Although artificial intelligence (AI) is seen as the ultimate productivity tool for software development, the impact of AI development tools on teams is still in its infancy.
These are the conclusions from a recent report on DevOps trends, published by Google Cloud’s DevOps Research and Assessment (DORA) team, and based on data from 36,000 technology professionals worldwide.
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It is common today for experts to suggest that AI will provide a significant boost to software development and implementation productivity, along with developers’ job satisfaction.
“To date, our research does not support this,” said the report’s authors, Derek DeBellis and Nathen Harvey, both at Google.
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“Our evidence suggests that AI slightly improves individual well-being measures – such as burnout and job satisfaction – but has a neutral or perhaps negative effect on group-level outcomes such as team performance and software delivery performance.”
These flat findings are likely due to the fact that we are still in the early stages of AI adoption, they suspect: “There is a lot of enthusiasm about the potential of AI development tools, as evidenced by the majority of people posting on at least We will add a bit of AI to the tasks we asked about. But we expect it will take some time before AI-powered tools see widespread and coordinated use across the industry.”
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Despite AI’s limited impact to date, the research does identify the factors driving development stores forward. In their research, DeBellis and Harvey isolated a segment of the “elite” professionals who are at the top. These professionals require only a one-day turnaround time to implement changes to applications, compared to a week to a month for underperforming shops. They can deploy software multiple times a day. They also report a change failure rate for software with errors of 5% or less. In contrast, companies in underperforming software stores have figures above 60%.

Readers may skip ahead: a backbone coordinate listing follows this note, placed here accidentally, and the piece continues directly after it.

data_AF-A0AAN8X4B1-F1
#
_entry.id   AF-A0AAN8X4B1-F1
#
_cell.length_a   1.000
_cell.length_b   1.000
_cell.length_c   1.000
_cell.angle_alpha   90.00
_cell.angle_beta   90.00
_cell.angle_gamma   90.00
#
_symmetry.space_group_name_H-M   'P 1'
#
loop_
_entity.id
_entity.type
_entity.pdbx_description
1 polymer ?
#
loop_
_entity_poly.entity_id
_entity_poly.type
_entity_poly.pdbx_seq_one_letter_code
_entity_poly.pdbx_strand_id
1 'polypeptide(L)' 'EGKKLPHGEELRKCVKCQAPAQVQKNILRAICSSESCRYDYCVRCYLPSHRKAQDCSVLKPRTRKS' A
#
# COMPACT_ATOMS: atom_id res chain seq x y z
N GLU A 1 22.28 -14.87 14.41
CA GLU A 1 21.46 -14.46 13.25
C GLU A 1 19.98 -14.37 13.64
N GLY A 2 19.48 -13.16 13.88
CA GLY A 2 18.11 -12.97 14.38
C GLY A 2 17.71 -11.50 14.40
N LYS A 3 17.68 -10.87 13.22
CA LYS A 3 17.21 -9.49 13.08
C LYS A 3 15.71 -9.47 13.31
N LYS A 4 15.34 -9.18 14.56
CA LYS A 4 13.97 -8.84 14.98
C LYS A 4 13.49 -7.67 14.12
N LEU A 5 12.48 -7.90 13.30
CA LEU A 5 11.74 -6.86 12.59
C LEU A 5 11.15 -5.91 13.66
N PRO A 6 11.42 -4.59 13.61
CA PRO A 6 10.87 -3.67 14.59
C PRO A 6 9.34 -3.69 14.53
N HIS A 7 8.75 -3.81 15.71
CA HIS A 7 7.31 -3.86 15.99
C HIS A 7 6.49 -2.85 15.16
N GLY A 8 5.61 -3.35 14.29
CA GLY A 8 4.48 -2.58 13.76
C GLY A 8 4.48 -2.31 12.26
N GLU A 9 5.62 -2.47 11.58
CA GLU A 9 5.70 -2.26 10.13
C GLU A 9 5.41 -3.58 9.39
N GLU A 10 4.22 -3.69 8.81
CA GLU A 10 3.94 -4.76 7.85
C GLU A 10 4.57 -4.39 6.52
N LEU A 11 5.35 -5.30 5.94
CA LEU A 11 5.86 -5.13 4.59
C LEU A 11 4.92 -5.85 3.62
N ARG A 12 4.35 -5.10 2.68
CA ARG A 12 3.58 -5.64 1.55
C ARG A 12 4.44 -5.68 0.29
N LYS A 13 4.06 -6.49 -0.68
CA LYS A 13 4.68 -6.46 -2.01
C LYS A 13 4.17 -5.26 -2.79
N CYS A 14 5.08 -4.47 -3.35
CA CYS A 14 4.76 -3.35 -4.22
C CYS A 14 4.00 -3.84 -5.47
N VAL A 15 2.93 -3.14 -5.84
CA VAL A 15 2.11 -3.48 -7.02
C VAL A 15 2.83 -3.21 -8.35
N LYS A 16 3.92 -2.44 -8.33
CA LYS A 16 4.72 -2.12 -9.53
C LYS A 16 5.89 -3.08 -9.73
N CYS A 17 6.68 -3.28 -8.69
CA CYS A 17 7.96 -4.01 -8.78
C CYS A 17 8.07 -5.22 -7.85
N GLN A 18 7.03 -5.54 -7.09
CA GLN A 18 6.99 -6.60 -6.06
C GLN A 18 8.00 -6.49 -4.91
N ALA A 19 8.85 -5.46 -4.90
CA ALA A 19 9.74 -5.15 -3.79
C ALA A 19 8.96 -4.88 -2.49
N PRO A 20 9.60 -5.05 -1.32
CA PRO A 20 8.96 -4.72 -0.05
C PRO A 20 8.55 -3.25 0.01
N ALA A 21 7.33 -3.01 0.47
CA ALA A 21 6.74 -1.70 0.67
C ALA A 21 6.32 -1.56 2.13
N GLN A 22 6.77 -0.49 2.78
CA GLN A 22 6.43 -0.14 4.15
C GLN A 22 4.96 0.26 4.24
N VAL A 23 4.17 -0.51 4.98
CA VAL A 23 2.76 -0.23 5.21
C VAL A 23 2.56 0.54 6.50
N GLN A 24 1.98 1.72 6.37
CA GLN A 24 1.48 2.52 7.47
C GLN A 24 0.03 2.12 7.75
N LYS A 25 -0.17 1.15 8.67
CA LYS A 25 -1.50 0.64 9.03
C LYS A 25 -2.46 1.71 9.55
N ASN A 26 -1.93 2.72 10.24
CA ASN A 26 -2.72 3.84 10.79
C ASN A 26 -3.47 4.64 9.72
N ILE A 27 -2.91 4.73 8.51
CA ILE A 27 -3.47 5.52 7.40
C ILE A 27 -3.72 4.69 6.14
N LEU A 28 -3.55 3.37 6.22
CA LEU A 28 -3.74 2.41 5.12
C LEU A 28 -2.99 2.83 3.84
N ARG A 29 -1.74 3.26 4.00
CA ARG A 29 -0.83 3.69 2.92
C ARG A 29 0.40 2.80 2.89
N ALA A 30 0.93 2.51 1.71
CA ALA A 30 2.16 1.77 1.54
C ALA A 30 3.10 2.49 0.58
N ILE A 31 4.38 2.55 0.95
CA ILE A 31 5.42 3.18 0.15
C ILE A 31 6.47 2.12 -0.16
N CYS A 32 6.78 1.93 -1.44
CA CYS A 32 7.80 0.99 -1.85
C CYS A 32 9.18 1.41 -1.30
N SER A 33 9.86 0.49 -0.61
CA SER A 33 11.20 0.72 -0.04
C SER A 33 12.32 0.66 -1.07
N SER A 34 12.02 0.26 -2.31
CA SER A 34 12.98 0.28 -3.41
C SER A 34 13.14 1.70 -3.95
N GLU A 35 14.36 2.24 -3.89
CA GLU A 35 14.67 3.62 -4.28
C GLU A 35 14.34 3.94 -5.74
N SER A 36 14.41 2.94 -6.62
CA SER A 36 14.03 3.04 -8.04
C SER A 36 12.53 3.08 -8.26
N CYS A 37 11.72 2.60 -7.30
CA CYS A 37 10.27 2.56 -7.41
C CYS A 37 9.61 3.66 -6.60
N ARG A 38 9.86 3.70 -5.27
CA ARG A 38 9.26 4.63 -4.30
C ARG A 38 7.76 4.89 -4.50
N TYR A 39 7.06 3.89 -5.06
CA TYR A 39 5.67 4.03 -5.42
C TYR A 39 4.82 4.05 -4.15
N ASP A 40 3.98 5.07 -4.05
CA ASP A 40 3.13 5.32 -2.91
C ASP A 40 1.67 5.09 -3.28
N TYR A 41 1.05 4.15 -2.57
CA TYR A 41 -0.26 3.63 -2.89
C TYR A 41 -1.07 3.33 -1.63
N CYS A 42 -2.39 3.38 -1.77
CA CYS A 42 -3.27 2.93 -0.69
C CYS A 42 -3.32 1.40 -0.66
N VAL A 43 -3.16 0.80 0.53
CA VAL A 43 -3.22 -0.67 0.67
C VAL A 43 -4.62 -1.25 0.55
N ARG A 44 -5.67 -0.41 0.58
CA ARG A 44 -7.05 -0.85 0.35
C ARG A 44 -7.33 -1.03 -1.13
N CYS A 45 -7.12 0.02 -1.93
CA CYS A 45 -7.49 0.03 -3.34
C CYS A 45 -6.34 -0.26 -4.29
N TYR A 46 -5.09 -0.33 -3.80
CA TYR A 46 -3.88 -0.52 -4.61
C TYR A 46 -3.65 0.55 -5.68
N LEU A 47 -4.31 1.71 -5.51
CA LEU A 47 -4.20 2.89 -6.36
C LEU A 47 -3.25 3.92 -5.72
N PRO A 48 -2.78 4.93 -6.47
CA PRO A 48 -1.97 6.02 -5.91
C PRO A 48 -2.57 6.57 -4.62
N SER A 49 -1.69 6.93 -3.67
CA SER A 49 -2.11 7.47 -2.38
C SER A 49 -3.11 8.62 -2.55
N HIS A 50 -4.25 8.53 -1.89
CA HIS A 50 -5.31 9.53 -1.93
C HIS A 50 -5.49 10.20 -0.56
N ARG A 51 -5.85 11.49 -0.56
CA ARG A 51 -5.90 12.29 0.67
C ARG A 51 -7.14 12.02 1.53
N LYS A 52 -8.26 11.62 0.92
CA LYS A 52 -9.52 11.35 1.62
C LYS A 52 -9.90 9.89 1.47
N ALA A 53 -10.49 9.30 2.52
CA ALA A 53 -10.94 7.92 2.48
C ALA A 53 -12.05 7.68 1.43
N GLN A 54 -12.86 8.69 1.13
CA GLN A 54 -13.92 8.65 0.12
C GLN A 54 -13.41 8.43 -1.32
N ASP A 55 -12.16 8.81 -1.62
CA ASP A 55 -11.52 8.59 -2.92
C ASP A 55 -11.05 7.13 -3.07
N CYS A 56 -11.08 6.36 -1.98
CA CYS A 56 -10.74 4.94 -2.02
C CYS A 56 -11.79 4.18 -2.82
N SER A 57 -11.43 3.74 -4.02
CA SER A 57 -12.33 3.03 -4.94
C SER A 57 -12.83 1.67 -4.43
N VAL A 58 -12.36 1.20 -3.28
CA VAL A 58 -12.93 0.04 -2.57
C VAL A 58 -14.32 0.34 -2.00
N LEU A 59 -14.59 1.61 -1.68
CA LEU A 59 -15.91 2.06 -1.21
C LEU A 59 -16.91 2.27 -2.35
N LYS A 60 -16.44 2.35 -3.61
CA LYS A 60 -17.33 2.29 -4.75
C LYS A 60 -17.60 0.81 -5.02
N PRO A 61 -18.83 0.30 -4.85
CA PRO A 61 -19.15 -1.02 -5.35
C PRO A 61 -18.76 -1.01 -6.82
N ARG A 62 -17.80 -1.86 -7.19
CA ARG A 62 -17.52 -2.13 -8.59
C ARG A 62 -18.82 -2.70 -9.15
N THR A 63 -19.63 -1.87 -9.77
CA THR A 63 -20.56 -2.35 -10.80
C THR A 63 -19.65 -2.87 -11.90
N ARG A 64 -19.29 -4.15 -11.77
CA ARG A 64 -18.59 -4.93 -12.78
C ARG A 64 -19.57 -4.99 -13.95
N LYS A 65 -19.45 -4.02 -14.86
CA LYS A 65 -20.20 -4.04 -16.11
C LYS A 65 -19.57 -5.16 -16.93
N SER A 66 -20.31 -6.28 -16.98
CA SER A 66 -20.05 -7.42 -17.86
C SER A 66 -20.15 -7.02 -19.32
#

While AI can help IT professionals in the future, there are best practices that the elite group is pursuing that are making a difference today. The co-authors identify these practices:
- Build with users in mind: Google’s research shows “that a user-centric approach to building applications and services is one of the strongest predictors of overall organizational performance. Teams that focus on the user perform 40% better than teams that don’t .”
- Create a healthy culture: “Teams with a generative culture, made up of people who felt involved and belonged to their team, perform 30% better than organizations without a generative culture.”
- Strive for high quality documentation: “High-quality documentation amplifies the impact that DevOps technical capabilities – for example, continuous integration and trunk-based development – have on organizational performance. Overall, high-quality documentation leads to 25% higher team performance compared to low-quality documentation quality.”
- Divide the work fairly: “We find that respondents who take on more repetitive work are more likely to experience higher levels of burnout, and that women and members of underrepresented groups are more likely to take on more repetitive work. Women or those who have indicated their own gender do so in 40% of cases. more repetitive work than men.”
- Take advantage of cloud flexibility: “For example, using a public cloud leads to a 22% increase in infrastructure flexibility compared to not using the cloud. This flexibility in turn leads to teams with 30% higher organizational performance than teams with an inflexible infrastructure.”
Contrary to widespread and deeply held beliefs, software developers do not work in isolation. Instead, they work in teams and strive to focus on their business. The research helps shed light on what matters to top-performing developers – and AI is still more of a shiny object than a differentiator.